• The easiest way to make the tail neat is to clip the underside with the electric clippers in the direction of the growth. Do this from 10 days to 2 weeks before the date of the show. By show time, the tail will look natural again but will not have any straggly hairs. If you don't have a set of clippers, or if you forget to clip the tail at least 10 days before the show, then use your scissors. Holding the tail either straight up or out, look for the broken hairs on the underside and cut them off- practically one hair at a time. When you finish, the tail should not have a shaggy appearance, but if it does, you can use your thinning shears to re-shape the tail in the necessary places- usually the underside.
  • Never groom the top of the tail except to trim any protruding hairs one hair at a time.
  • As for the tip of the tail, this can take some practice, but in most cases using the thinning shears will help smooth out any straggly hairs or curls. Start about a half an inch below the end of the bone and cut across a few times in the same place; then begin thinning all around the sides of the end to create a natural look.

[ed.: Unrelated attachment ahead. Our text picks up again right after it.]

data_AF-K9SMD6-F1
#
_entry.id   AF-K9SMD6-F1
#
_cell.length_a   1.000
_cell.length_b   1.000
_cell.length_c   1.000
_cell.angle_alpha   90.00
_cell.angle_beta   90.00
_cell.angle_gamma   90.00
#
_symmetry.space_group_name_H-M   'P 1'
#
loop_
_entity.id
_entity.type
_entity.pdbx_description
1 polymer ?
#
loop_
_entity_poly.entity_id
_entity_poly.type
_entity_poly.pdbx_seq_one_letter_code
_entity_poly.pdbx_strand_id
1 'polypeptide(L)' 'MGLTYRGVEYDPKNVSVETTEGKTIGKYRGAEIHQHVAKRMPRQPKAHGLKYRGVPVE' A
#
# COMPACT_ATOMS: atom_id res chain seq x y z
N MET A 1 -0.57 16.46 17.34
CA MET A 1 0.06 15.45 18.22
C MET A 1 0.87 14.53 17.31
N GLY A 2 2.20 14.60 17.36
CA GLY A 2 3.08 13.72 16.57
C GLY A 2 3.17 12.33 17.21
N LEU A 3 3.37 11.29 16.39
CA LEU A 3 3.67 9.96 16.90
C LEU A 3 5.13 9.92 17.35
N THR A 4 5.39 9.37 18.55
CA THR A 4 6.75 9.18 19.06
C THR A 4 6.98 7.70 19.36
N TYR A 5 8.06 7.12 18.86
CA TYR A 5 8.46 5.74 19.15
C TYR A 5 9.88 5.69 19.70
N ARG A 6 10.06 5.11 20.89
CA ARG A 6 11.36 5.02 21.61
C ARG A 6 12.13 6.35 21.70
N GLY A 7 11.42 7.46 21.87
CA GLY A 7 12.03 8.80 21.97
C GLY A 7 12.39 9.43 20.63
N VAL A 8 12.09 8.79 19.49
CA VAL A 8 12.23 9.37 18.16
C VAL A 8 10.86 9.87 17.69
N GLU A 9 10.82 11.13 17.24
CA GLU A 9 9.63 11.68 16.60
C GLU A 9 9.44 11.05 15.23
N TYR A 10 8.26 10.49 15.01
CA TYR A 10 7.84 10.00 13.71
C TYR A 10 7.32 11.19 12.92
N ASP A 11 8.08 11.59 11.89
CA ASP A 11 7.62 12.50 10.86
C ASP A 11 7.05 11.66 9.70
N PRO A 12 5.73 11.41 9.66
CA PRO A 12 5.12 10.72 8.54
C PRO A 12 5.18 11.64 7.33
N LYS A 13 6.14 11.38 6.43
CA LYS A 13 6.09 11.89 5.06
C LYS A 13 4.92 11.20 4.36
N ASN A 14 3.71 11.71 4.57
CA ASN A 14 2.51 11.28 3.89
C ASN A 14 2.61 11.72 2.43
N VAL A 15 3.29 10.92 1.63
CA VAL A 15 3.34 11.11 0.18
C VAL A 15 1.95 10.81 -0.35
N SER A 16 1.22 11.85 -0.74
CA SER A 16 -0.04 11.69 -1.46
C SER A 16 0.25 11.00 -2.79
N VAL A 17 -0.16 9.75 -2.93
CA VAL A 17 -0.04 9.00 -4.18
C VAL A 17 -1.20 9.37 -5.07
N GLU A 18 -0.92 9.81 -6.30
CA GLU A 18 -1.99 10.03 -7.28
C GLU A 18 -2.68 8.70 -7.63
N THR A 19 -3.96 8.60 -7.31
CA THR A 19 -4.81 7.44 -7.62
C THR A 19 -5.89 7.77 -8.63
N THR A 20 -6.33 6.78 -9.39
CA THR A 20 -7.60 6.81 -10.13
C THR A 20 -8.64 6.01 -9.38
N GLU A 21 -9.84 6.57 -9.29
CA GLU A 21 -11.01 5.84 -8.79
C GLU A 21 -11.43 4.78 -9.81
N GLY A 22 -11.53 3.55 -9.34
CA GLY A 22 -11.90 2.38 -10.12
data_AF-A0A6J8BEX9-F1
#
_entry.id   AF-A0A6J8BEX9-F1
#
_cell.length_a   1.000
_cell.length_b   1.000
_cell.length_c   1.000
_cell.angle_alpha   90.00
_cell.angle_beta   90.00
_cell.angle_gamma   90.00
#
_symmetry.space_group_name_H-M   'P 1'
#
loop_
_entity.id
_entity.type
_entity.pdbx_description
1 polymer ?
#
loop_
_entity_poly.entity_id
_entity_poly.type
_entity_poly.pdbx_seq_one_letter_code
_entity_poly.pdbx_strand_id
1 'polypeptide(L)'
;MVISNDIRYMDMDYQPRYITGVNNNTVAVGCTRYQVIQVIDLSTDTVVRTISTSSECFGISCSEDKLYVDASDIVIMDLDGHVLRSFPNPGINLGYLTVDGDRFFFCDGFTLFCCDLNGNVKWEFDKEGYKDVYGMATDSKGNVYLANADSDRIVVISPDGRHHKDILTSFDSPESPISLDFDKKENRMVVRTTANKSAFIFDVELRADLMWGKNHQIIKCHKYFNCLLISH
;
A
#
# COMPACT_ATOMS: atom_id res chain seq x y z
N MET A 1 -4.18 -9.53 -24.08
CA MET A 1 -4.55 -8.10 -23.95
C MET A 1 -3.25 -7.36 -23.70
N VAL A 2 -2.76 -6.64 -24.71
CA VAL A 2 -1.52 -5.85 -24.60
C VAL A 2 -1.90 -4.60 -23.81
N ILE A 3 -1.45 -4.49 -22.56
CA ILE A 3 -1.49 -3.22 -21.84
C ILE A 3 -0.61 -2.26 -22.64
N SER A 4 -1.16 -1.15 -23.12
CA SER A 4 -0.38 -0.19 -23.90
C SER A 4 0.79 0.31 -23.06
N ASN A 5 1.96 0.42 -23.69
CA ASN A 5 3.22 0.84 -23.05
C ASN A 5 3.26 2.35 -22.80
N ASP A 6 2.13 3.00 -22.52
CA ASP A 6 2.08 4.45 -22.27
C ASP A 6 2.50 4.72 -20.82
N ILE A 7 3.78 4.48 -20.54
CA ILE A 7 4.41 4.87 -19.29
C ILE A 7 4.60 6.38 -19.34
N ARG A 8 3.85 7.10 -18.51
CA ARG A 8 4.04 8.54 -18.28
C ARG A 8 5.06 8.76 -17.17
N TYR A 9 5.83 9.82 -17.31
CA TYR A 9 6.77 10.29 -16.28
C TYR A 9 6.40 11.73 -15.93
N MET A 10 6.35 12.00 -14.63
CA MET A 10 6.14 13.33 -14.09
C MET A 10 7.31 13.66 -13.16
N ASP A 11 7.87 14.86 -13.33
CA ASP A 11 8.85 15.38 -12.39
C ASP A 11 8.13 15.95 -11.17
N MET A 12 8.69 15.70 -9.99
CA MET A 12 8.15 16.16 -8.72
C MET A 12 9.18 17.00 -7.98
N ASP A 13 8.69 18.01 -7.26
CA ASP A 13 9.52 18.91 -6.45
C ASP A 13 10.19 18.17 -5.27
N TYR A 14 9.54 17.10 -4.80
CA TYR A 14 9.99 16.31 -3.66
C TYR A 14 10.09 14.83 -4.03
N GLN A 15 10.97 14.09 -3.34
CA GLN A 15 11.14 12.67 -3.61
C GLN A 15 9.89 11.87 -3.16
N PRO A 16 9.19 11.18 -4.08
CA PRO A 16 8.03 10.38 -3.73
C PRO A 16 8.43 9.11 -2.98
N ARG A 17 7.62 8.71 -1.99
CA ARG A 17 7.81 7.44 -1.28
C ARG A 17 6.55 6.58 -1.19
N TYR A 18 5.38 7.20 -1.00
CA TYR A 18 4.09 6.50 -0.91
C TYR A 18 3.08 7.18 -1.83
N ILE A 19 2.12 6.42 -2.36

The Feet

  • It takes two cuts on each toenail with your nail trimmer to achieve a shapely nail. The first cut should be a blunt one- up and down- as close to the quick as possible without cutting into the quick. For the second cut, angle the trimmer forward just a bit so as to make a diagonal cut that removes just the tip of the top section but none of the bottom.
  • Lift the foot by the pastern and bend it back gently so the pad is facing up. Use your scissors to cut the hairĀ  that is sticking out from between the pad so it's flush with the pad. Separate the toes and cut the hair between them even with the pad, staring by the toenail and working back. This give a tidy appearance to some dog's feet, but makes no difference on others.


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    • PegCole17 profile image

      Peg Cole 7 years ago from Dallas, Texas

      I've only attended a few dog shows but loved the exciting atmosphere and the talents of the groomers and of the competitors. Your article reminded me in a pleasant way what goes on behind the show. Thanks!

    • James A Watkins profile image

      James A Watkins 8 years ago from Chicago

      Excellent information, well presented. You obviously know your stuff. Thanks.